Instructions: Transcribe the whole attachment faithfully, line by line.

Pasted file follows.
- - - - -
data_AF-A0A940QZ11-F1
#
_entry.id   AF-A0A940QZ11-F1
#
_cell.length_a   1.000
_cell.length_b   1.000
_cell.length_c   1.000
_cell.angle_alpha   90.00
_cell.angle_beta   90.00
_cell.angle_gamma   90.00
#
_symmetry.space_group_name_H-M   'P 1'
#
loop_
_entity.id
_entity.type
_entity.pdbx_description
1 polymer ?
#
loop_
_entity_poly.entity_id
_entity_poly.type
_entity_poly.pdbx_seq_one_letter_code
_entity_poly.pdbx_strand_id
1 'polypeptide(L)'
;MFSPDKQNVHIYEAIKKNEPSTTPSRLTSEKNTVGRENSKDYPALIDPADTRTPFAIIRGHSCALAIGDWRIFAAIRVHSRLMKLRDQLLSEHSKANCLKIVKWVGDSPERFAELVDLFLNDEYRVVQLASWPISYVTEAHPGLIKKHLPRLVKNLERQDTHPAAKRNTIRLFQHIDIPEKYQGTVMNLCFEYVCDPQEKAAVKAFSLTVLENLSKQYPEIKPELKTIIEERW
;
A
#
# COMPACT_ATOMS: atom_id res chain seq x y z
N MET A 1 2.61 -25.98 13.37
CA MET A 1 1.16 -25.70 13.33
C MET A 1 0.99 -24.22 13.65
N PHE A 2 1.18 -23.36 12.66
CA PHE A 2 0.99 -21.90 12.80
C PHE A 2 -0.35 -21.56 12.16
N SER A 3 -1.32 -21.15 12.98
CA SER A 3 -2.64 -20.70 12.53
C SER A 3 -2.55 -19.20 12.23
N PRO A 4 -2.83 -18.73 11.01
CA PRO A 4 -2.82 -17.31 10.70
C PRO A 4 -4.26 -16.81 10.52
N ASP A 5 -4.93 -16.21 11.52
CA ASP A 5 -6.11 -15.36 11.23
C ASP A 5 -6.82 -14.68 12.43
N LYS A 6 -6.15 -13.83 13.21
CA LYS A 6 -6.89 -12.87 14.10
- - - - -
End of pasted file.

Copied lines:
data_AF-A0A940QZ11-F1
#
_entry.id   AF-A0A940QZ11-F1
#
_cell.length_a   1.000
_cell.length_b   1.000
_cell.length_c   1.000
_cell.angle_alpha   90.00
_cell.angle_beta   90.00
_cell.angle_gamma   90.00
#
_symmetry.space_group_name_H-M   'P 1'
#
loop_
_entity.id
_entity.type
_entity.pdbx_description
1 polymer ?
#
loop_
_entity_poly.entity_id
_entity_poly.type
_entity_poly.pdbx_seq_one_letter_code
_entity_poly.pdbx_strand_id
1 'polypeptide(L)'
;MFSPDKQNVHIYEAIKKNEPSTTPSRLTSEKNTVGRENSKDYPALIDPADTRTPFAIIRGHSCALAIGDWRIFAAIRVHSRLMKLRDQLLSEHSKANCLKIVKWVGDSPERFAELVDLFLNDEYRVVQLASWPISYVTEAHPGLIKKHLPRLVKNLERQDTHPAAKRNTIRLFQHIDIPEKYQGTVMNLCFEYVCDPQEKAAVKAFSLTVLENLSKQYPEIKPELKTIIEERW
;
A
#
# COMPACT_ATOMS: atom_id res chain seq x y z
N MET A 1 2.61 -25.98 13.37
CA MET A 1 1.16 -25.70 13.33
C MET A 1 0.99 -24.22 13.65
N PHE A 2 1.18 -23.36 12.66
CA PHE A 2 0.99 -21.90 12.80
C PHE A 2 -0.35 -21.56 12.16
N SER A 3 -1.32 -21.15 12.98
CA SER A 3 -2.64 -20.70 12.53
C SER A 3 -2.55 -19.20 12.23
N PRO A 4 -2.83 -18.73 11.01
CA PRO A 4 -2.82 -17.31 10.70
C PRO A 4 -4.26 -16.81 10.52
N ASP A 5 -4.93 -16.21 11.52
CA ASP A 5 -6.11 -15.36 11.23
C ASP A 5 -6.82 -14.68 12.43
N LYS A 6 -6.15 -13.83 13.21
CA LYS A 6 -6.89 -12.87 14.10